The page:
We recently explored whether you can be held liable for your employees’ actions. A similar question that often comes up in the field of employment law is whether your employees can bind your business to contracts with third parties, such as the contracts your sales people use to sell your product to customers.
The answer to this question will largely depend on what either the employee or the third party reasonably thinks the employee is allowed to do. If your words and conduct lead the employee to reasonably believe he can make contracts with third parties on your behalf, you will probably be bound to those contracts. Similarly, you will likely be bound to a contract if your words and conduct reasonably lead the third party to believe that the employee can contract on your behalf.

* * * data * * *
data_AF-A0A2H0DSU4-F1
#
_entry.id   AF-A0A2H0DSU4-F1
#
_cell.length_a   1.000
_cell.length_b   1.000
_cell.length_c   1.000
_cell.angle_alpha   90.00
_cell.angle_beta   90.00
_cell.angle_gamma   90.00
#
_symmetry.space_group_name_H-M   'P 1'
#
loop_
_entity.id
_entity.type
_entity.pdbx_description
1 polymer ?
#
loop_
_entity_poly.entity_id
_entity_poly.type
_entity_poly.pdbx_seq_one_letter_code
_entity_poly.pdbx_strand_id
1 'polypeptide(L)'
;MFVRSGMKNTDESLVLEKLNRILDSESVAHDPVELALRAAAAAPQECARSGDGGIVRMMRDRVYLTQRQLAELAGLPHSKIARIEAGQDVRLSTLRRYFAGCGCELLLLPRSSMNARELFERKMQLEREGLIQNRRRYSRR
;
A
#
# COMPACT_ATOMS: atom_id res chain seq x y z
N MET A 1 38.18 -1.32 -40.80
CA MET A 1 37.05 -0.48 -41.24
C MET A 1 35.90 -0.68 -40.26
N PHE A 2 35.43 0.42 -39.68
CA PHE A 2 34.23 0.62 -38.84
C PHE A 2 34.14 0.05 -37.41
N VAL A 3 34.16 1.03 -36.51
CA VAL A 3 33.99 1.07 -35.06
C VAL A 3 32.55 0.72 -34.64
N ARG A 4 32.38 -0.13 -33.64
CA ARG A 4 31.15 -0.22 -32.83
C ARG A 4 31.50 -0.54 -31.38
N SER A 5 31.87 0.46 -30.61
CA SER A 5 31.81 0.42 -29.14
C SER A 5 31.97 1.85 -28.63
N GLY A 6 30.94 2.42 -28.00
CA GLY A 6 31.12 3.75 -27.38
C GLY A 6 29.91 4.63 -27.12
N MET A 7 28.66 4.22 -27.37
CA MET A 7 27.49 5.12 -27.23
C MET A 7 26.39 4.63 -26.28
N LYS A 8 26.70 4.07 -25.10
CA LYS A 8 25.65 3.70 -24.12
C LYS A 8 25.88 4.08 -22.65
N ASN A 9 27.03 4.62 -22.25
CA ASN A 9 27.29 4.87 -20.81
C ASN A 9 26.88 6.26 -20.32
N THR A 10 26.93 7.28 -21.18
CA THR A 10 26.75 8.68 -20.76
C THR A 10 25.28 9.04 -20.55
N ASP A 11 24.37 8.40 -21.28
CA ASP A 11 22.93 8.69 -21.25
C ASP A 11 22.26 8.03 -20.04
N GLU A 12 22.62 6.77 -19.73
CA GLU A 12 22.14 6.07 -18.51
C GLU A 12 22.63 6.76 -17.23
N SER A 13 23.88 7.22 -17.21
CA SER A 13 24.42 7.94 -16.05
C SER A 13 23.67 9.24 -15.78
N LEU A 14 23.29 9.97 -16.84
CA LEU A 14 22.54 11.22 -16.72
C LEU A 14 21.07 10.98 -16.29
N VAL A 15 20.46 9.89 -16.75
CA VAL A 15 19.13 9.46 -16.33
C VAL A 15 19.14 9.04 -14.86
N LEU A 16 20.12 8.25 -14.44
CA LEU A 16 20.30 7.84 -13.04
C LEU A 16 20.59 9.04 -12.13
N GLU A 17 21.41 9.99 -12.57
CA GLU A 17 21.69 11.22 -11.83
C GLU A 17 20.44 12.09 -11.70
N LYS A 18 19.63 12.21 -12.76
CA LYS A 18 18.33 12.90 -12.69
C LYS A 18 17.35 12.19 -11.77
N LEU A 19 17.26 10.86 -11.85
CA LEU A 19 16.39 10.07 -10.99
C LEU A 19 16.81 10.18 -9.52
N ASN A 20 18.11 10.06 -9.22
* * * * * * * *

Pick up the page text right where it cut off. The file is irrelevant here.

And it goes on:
The ability to have employees contract on your behalf can be a very valuable thing. For example, if you have a sales force interacting directly with clients, it may be to your advantage to enable your sales people to “seal the deal” on the spot without having to wait for permission. On the other hand, you don’t want employees to be able to go around entering binding agreements that you simply cannot fulfill.
Key to maximizing your employees’ value while protecting yourself from unknown obligations is knowing how to grant and limit their authority to contract. An effective employment attorney will tell you how to define your employees’ authority through agreements and other interactions with your employees and third parties. We can tell you exactly what to say so that you know exactly what to expect.